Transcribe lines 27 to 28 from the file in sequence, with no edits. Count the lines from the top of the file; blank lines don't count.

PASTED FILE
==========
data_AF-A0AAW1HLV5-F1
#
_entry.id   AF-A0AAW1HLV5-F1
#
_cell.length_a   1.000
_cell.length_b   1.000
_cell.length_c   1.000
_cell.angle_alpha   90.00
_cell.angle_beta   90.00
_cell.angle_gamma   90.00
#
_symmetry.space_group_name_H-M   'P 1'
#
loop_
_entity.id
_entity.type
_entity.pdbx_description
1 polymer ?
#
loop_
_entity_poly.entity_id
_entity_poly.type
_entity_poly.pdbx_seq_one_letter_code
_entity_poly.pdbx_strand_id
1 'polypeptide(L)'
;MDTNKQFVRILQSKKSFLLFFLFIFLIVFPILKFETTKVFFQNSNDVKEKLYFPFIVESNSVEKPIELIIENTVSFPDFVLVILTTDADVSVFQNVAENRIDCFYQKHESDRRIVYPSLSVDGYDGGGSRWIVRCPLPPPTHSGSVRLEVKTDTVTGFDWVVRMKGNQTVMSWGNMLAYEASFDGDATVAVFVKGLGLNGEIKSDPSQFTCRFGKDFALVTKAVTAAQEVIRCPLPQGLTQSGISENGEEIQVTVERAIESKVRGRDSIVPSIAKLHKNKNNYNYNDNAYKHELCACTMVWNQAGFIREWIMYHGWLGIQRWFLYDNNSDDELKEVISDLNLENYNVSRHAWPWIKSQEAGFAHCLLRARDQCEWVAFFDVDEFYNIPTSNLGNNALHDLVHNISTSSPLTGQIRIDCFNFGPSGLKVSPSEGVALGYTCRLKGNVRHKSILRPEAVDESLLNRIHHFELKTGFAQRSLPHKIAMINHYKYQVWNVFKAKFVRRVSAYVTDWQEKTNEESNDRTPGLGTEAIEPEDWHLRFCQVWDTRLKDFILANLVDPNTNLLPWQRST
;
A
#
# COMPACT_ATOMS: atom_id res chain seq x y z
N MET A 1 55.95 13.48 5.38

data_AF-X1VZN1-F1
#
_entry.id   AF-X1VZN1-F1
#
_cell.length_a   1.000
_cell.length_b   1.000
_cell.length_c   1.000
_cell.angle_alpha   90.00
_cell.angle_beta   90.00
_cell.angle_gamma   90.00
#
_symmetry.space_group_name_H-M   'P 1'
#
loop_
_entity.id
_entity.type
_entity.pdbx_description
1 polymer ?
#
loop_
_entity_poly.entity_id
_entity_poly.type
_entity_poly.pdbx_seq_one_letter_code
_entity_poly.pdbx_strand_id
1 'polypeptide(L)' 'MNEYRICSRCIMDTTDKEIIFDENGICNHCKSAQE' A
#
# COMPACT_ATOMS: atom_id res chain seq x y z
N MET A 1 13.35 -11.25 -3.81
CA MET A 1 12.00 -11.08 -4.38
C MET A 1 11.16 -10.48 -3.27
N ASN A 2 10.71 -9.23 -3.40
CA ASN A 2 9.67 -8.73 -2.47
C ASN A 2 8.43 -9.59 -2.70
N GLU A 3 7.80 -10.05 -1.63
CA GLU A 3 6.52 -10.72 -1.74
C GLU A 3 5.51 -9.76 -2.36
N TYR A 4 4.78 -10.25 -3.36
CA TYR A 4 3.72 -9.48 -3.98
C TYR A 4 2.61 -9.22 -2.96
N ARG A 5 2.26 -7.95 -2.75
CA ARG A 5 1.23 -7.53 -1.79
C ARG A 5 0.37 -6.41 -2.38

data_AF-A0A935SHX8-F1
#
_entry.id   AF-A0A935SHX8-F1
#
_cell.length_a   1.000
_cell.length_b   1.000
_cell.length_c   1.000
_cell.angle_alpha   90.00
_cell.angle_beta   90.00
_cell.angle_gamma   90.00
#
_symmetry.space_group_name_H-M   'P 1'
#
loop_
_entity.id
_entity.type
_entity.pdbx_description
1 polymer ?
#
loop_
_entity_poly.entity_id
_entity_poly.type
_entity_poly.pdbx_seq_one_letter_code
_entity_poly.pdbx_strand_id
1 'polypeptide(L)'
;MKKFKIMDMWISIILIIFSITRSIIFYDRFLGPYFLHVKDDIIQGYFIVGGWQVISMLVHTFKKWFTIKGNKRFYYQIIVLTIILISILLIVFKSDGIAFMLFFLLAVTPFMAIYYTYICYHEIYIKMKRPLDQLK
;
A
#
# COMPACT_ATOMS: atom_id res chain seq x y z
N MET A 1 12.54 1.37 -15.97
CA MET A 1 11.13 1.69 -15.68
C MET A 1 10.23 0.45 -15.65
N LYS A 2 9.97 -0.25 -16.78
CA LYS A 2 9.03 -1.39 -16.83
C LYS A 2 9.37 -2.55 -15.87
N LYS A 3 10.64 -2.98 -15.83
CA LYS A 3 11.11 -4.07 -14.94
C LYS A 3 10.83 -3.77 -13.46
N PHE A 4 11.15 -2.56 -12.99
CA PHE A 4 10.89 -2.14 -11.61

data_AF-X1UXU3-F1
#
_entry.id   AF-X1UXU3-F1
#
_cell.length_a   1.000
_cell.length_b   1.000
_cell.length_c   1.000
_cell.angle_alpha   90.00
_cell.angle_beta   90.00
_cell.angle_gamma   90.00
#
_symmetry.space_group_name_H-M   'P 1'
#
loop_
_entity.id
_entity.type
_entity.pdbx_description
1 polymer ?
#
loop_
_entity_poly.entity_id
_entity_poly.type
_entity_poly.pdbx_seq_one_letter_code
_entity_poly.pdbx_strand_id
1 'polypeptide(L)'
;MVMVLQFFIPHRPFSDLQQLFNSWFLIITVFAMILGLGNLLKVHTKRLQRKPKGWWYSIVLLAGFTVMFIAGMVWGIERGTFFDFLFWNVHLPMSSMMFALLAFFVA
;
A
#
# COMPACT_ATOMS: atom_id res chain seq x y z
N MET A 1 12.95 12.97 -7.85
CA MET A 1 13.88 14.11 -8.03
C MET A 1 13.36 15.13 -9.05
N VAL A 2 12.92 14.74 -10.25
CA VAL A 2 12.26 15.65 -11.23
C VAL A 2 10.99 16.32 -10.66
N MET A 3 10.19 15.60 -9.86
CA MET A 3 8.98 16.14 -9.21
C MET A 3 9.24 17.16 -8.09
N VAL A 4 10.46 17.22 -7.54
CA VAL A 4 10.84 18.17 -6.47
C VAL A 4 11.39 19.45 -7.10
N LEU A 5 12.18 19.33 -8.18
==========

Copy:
;
A